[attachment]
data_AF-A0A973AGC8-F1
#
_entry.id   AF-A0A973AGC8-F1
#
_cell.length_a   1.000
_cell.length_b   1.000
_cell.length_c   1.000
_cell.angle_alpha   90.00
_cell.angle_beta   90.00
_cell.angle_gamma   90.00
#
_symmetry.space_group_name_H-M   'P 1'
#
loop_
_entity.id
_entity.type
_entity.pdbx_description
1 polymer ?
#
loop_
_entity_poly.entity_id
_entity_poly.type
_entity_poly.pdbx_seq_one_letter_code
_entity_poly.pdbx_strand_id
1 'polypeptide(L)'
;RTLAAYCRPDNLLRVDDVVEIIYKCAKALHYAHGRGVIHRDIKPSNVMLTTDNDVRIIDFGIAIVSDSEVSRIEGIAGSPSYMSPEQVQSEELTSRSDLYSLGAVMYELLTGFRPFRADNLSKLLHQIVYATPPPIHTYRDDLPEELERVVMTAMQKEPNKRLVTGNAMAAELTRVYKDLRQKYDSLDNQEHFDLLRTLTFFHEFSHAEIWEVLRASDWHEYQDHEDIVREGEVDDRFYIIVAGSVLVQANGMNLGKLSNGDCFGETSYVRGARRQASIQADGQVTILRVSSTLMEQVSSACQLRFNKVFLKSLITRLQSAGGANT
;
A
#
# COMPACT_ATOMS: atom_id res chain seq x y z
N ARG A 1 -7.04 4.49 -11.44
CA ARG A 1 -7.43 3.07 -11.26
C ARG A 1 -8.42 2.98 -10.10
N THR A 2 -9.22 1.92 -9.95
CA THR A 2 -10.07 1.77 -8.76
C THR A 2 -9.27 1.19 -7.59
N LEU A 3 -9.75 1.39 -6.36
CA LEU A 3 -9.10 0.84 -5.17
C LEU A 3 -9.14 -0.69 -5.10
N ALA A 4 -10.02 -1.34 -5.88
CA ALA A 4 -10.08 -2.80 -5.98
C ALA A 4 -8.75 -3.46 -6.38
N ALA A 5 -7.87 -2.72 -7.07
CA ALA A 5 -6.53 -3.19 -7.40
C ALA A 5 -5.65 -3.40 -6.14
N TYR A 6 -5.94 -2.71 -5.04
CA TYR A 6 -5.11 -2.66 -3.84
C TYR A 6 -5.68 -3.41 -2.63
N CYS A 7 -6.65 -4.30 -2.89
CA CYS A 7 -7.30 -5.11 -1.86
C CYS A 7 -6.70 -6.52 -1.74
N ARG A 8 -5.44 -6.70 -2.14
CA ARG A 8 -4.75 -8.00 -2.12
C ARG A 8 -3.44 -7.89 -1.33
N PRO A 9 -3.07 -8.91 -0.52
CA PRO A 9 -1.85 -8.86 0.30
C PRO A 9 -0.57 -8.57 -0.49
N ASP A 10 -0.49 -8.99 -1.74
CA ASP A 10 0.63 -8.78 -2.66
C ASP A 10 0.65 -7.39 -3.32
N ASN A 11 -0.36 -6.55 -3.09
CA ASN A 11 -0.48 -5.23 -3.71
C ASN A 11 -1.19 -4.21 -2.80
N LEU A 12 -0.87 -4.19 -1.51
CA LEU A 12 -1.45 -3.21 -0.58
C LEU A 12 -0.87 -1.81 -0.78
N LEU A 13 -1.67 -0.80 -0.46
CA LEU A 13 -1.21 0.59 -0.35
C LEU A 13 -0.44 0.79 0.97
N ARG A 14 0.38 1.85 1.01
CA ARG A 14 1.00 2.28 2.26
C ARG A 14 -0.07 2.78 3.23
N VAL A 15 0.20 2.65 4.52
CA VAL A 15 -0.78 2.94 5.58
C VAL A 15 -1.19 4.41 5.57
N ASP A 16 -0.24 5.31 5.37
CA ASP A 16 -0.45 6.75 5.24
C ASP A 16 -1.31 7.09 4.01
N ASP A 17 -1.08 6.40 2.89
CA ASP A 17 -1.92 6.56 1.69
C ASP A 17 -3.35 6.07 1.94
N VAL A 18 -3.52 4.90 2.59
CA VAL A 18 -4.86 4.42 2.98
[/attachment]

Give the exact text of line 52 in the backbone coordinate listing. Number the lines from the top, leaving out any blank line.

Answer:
N ARG A 8 -5.44 -6.70 -2.14